BenQ TH685

The BenQ TH685 ($799) is one of a growing number of 1080p projectors that can accept 4K (3820-by-2160) HDR input, downconvert the image to show at 1080p resolution, keep the HDR, and deliver a bright, highly watchable picture. Like other projectors in this category, including the Optoma GT1080HDR  and Optoma HD39HDR, it supports HDR10, found on UHD Blu-ray discs and other recorded material. Unlike many, it also supports HLG, the emerging standard for broadcast TV. For both HDR and SDR (standard dynamic range) content, it delivers good color accuracy and contrast, especially given its relatively low price. And at a rated 3,500 lumens, it’s easily bright enough to deliver a satisfyingly big picture in ambient light. 


Built for Both Brightness and Color

The TH685 pairs a single 1920-by-1200 DLP chip with a six-segment, RGBWYC (red-green-blue-white-yellow-cyan) color wheel, but uses only 1920-by-1080 pixels on the chip as its native resolution. The extra pixels let you shift the picture up or down from the center position by 5 percent of the image height, as a convenient way to position the image for your screen.

The color wheel’s white segment lets it deliver a brighter image than you would get from an otherwise identical projector without one. However, it also affects color accuracy, which is why color wheels in projectors meant for traditional home theater in a dark room—such as the BenQ HT2150ST—don’t include white panels. The yellow and cyan segments help correct for that, with the yellow segment helping deliver brighter, more vibrant yellows than many DLP projectors can manage. 

BenQ TH685 top

The TH685 is small, light, and easy to carry.

Setup and Viewing

At 6.2 pounds and 4 by 12 by 9 inches (HWD), the TH685 is easy to handle for setup. The digital image shift and 1.3x zoom lens also add flexibility for positioning. And if you need to tilt the projector up or down even after adjusting the shift, you can square off the image with the +/- 30 degree vertical keystone control.

I set up the projector for a 90-inch image at 7 feet, 3 inches from the screen. One small annoyance is that it’s harder than it should be to get the image well focused. Moving the focus ring just a little changes the focus a lot, making it hard to adjust without overshooting the right setting.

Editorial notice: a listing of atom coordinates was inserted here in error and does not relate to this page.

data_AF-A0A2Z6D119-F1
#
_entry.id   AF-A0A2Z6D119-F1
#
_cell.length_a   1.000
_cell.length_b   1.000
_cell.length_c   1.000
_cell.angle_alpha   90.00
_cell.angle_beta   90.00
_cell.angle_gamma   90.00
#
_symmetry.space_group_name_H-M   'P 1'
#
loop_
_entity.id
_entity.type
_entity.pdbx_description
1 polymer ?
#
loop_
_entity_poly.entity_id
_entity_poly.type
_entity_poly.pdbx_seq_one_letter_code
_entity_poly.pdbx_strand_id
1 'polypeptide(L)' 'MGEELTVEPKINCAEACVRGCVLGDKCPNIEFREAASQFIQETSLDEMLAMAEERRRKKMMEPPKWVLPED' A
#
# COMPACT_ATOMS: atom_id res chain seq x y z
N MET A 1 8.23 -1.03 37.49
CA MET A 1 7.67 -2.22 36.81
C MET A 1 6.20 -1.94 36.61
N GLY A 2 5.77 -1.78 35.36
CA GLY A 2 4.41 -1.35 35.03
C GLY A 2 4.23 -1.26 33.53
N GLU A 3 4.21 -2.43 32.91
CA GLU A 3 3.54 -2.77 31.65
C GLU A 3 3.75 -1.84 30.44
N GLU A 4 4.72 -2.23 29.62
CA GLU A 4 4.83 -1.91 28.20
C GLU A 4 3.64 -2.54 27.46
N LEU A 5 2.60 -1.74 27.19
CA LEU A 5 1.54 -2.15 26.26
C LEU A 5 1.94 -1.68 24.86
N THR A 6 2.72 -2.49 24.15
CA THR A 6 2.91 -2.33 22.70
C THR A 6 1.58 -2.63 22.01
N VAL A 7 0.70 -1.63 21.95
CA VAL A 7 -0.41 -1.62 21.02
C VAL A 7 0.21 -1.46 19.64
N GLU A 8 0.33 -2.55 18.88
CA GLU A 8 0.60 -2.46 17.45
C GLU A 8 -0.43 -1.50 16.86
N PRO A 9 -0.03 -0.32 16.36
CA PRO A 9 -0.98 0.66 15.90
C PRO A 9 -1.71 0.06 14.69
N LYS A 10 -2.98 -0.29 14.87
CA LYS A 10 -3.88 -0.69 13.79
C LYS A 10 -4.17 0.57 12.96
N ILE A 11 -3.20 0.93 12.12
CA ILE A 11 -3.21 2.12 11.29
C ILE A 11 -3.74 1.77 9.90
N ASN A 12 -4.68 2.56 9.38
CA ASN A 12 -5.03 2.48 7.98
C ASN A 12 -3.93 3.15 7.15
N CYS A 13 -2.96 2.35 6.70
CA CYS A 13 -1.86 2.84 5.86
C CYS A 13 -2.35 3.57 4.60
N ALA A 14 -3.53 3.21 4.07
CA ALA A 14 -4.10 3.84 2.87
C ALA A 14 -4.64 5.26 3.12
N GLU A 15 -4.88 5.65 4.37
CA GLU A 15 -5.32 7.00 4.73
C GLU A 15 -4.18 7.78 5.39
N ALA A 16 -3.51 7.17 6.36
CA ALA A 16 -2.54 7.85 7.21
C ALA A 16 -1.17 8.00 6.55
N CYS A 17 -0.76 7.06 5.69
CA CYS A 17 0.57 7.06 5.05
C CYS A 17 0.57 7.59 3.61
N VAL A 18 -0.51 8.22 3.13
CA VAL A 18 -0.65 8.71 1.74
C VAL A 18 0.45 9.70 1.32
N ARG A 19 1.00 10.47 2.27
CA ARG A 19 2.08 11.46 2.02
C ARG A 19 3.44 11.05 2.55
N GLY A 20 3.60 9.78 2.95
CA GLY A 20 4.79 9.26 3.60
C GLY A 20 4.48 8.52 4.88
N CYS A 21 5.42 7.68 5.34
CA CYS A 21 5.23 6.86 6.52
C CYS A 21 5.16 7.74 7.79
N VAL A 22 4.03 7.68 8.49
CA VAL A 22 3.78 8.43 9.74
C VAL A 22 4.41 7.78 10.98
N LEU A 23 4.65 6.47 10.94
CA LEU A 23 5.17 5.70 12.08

Image inputs include two HDMI 2.0b ports, which both support HDCP 2.2 (the copy protection version on 4K Blu-ray discs). There’s also a USB port, meant strictly for supplying power to HDMI dongles. 

BenQ TH685 back ports

The back panel hosts various ports for input and power.

Even with default settings, image quality is good for the price, and easily rates as more than acceptable by most standards. Once you get the focus right, image detail is appropriate for the 1080p resolution, and colors for movies and video are well within the range for realistic color in all but one of the predefined color modes. As with most projectors, Bright mode sacrifices color accuracy for visibility in a setting with lots of ambient light, such as in a family room with lots of sunny windows. But most people will find the slight green shift tolerable if they only need to use Bright mode occasionally.

For SDR content, Cinema mode has the best color accuracy and is the one I chose for most of my testing. But Living Room, Standard, and Game modes were not far behind. Sports mode isn’t as good, but its color was rarely outside of a realistic range in my tests, and only slightly off when it was. The four modes with better color accuracy were all closely matched on contrast, black levels, and sense of three-dimensionality in dark scenes. Living Room and Game modes both brightened up shadow detail just a little. This can steal visual impact from dark scenes in movies, but can help gamers spot what’s happening in dark areas more quickly. All these modes did a good job of showing the subtle gradations that make close-ups of rounded objects, such as faces, look three-dimensional. 

BenQ TH685 front and top

For a small and relatively inexpensive 1080p projector, the TH685 produces impressive color accuracy.